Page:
Rwanda’s progress has not been uniform, however, and many challenges lie ahead. Chronic childhood malnutrition remains high: 44.2% of children were classified as stunted in 2010 (compared with about 51% in 2005).21 Severe anaemia among children and women increased between 2008 and 2010.20 21 Despite a fourfold increase in family planning uptake and a decline in the total fertility rate from 6.1 to 4.6 between 2005 and 2010, contraception remains unavailable to (or underused by) many Rwandans.20 21 While infant and child mortality have decreased dramatically, neonatal mortality remains a challenge. Newborns accounted for 39% of all deaths among children in 2011.36 Rwanda also faces a substantial burden of non-communicable diseases.41
District and referral hospitals have developed action plans to tackle these and other unmet challenges.42 Implementing them will require resolve and a continued commitment both to partnership and to surmounting the barriers that impede delivery of health services to the poor and underserved.
During the 2011 United Nations high level meeting on non-communicable diseases, Rwanda’s minister of health, Agnes Binagwaho, reminded the assembly that prioritising equity in the health sector is “not only a moral imperative but also an epidemiological and economic imperative if we want to grow as a nation.”
Certainly, Rwanda will face great challenges if it is to meet its goal of becoming independent of aid by 2020: nearly half of its health sector budget was externally financed in 2010.37 Even if Rwanda sustains its impressive pace of economic growth in the coming decade (and many believe it is well positioned to do so),43 redistributive funding mechanisms such as PEPFAR and the Global Fund will continue to have a crucial role in the future success of global health initiatives.
But the challenges ahead do not diminish the present successes or dilute the lessons learnt (box 2). The impressive reduction in premature mortality speaks for itself. Linking sound analysis to a collaborative approach to strengthening health systems, Rwanda has instituted policies that have produced remarkable outcomes. This has occurred in concert with economic growth. Although the term “local ownership” is often invoked in development circles, it is rare to see it implemented successfully. The lessons from Rwanda’s success should inform the work of those around the world who seek to deliver on the commitment of comprehensive and equitable healthcare for all.
Box 2: Lessons from Rwanda: strategies for strengthening comprehensive health systems
National leadership—High level political commitment to equity and to service delivery as well as a clear plan for action
Health systems approach—Harnessing funding for disease specific or other “vertical” programmes to build and strengthen platforms for integrated service delivery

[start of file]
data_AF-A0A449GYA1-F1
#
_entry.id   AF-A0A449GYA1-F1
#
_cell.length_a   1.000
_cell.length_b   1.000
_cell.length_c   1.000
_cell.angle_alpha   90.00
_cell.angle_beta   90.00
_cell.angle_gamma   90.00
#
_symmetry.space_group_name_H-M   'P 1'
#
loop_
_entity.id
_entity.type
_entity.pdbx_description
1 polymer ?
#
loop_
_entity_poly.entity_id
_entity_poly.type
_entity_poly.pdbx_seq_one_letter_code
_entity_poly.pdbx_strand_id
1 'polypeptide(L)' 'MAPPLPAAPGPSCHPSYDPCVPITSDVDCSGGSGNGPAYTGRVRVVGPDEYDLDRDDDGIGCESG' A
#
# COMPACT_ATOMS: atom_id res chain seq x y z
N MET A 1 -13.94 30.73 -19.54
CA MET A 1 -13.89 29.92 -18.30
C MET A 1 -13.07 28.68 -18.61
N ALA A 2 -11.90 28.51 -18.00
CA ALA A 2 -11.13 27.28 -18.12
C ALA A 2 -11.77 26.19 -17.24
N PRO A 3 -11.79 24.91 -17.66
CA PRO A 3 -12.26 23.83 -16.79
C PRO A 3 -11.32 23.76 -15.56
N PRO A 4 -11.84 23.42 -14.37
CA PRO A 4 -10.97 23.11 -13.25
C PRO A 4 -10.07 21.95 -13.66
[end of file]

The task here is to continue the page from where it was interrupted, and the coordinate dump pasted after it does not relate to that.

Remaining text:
Country ownership—Health system spending managed by or in partnership with national and local government
Community based care—For example, using community health workers to increase the effectiveness and efficiency of care delivery, especially for chronic diseases
Evidence based policy making—A critical “feedback loop” linking research to service and training to promote accountability and improve the quality of care
Cross-sector collaboration—Strengthening health systems with partnerships between the public and private sectors and also across sectors and ministries
Cite this as: BMJ 2013;346:f65
We thank Cassia van der Hoof Holstein, Jon Niconchuk, Michael Rich, Grace Ryan, Mickey Sexton, and Dana Thomson for their contributions. We also thank reviewers Suwit Wibulpolprasert and Frank Chimbwandira for feedback. Although this policy analysis was not funded by any specific grants, the authors are grateful for the support of Partners In Health, the Brigham and Women’s Hospital, Harvard Medical School, and the Doris Duke Charitable Foundation African Health Initiative.
Contributors and sources: The authors, who include physicians, other service providers, and policy experts, have worked in Rwanda with non-governmental organisations and institutions of higher learning for the past decade. This review draws in large part on data presented in the Rwanda Demographic and Health Survey, implemented by the National Institute of Statistics of Rwanda in collaboration with the Ministry of Health. The funding for the survey was provided by national and multilateral funding mechanisms; publicly available reports of this survey, its methodologies, and its results have been presented to partners and funders and may be accessed at http://measuredhs.com/what-we-do/survey/survey-display-364.cfm. PEF conceived the central argument, led the writing process, provided direction on the organisation of the manuscript, drafted sections of the manuscript, and serves as the guarantor. CTN collected data, created the tables and figures, conducted the literature review, and drafted sections of the manuscript. CMW developed and synthesised the argument, conducted the literature review, and drafted sections of the manuscript. CS, TN, JLW, DBF, AH, SDM, and JCK participated in analysis and drafted sections of the manuscript. PCD contributed to data analysis and coordinated review of the manuscript. All authors revised the manuscript critically for content.
Competing interests: All authors have completed the ICMJE unified declaration form at www.icmje.org/coi_disclosure.pdf (available on request from the corresponding author) and declare: CS and JCK have worked for the Ministry of Health of Rwanda. All authors have collaborated with the Ministry of Health of Rwanda on other research initiatives. No current employee of the Rwandan Ministry of Health or other governmental entity read the manuscript prior to publication.
Provenance and peer review: Commissioned; externally peer reviewed.